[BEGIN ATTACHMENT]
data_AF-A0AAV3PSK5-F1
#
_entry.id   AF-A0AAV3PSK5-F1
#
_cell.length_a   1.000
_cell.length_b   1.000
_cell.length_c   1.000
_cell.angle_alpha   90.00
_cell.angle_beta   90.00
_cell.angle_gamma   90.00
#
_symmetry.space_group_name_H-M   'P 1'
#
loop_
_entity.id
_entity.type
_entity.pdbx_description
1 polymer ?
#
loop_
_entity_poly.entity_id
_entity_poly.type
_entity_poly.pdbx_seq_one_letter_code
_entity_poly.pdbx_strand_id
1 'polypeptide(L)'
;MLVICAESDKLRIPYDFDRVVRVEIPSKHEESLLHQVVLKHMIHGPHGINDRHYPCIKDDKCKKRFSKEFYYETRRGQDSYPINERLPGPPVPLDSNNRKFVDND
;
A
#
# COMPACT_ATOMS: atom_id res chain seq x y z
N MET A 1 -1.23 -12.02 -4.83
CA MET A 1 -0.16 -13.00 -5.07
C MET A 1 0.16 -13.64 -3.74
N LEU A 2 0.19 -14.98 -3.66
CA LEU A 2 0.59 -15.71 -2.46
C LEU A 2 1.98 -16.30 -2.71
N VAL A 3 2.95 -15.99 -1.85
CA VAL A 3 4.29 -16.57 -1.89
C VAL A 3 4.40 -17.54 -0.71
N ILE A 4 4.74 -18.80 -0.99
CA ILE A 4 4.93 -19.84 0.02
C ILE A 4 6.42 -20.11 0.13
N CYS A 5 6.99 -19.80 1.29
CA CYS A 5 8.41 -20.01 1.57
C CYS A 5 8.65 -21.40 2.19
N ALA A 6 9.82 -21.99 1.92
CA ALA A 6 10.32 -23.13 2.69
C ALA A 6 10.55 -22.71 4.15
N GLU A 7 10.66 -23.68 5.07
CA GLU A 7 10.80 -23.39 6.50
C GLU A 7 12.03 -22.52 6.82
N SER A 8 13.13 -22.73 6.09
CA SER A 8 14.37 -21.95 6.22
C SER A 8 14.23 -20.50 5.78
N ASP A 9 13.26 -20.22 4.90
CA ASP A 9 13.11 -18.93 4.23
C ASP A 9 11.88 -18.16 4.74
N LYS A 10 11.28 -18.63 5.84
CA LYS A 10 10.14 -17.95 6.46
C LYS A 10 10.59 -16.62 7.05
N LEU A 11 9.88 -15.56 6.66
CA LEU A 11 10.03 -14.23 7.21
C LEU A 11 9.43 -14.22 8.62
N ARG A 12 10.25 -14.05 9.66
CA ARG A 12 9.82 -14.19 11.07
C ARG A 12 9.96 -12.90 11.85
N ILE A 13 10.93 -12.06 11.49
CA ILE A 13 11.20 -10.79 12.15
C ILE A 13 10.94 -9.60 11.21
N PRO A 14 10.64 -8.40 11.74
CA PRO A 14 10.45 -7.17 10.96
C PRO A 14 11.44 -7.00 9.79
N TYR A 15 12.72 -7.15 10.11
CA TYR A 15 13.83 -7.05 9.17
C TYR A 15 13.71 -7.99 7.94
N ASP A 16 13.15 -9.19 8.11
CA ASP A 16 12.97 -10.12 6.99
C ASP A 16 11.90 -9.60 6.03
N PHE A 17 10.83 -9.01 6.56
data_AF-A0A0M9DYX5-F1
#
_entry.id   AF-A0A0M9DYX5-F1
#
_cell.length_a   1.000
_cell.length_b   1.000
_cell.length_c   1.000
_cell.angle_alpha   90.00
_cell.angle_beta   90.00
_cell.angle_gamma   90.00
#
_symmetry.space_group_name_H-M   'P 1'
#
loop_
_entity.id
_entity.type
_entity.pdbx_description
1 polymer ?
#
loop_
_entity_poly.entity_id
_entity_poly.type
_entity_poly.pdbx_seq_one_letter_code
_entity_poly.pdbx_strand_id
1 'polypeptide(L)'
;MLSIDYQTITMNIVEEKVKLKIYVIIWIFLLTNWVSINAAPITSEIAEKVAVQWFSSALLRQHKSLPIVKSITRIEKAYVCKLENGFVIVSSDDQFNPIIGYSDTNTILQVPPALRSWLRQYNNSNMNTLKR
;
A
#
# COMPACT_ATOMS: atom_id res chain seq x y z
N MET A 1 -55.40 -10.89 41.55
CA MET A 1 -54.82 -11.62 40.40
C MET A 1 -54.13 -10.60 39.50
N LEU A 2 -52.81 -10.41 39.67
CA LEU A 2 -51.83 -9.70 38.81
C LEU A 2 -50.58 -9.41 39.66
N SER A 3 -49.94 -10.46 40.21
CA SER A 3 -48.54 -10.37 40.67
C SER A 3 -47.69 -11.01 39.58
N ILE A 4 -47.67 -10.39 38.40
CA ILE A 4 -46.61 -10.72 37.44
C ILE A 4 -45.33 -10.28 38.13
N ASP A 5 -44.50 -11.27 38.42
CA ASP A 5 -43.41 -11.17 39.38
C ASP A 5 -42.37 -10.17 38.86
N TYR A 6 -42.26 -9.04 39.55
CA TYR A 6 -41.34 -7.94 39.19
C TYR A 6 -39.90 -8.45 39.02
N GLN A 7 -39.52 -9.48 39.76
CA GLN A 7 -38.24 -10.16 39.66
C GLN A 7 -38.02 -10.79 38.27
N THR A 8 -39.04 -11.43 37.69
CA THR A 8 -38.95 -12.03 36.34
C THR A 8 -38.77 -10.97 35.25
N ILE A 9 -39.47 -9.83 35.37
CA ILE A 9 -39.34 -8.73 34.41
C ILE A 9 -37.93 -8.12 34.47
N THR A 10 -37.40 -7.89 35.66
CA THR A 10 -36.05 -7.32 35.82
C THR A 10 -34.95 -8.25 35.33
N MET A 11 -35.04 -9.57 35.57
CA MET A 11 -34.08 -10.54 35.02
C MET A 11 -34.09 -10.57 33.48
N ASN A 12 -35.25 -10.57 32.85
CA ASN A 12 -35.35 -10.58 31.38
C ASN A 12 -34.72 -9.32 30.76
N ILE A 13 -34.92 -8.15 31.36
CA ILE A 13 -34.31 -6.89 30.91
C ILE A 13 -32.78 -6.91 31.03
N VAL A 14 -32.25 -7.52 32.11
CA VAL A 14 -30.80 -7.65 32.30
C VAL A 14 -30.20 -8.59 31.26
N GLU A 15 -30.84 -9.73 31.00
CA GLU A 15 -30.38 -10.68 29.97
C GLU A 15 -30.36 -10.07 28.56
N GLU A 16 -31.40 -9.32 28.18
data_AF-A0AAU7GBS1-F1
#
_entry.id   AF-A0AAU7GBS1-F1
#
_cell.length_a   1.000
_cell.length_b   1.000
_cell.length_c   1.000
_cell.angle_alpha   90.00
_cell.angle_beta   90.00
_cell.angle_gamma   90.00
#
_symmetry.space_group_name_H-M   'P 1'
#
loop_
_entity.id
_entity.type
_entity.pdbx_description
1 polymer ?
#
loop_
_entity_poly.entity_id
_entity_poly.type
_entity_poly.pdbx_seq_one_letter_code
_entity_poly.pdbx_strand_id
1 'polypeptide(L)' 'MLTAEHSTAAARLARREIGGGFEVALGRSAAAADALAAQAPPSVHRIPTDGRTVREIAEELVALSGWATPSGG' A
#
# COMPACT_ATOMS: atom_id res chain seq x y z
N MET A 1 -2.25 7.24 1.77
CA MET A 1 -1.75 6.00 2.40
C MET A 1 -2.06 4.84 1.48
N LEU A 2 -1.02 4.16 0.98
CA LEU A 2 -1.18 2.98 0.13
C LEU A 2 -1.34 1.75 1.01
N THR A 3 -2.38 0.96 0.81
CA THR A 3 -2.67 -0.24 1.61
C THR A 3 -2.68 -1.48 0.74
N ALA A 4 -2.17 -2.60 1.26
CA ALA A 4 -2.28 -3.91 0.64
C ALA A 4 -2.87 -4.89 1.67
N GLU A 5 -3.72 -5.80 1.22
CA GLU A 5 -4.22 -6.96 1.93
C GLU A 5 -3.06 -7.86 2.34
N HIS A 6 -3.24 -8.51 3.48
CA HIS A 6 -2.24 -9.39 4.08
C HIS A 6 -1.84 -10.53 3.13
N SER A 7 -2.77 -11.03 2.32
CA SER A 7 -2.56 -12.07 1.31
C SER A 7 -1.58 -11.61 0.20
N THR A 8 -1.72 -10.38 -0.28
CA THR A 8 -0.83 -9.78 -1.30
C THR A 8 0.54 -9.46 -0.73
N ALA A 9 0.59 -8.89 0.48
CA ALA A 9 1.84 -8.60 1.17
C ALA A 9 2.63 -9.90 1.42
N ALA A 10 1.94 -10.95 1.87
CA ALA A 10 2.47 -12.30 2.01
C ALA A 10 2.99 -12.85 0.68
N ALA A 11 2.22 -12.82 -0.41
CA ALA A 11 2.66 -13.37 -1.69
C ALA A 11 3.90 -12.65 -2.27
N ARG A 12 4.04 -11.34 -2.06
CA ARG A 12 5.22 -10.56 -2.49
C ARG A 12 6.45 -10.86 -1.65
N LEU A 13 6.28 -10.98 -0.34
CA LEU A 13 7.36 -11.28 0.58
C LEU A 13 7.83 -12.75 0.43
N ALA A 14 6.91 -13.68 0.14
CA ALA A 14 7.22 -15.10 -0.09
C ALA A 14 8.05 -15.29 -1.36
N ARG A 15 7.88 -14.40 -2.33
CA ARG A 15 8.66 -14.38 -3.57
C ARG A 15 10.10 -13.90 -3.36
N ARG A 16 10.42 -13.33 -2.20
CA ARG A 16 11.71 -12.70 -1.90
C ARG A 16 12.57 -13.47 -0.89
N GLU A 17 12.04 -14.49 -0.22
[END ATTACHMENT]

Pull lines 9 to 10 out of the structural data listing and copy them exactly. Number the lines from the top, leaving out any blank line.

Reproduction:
_cell.angle_beta   90.00
_cell.angle_gamma   90.00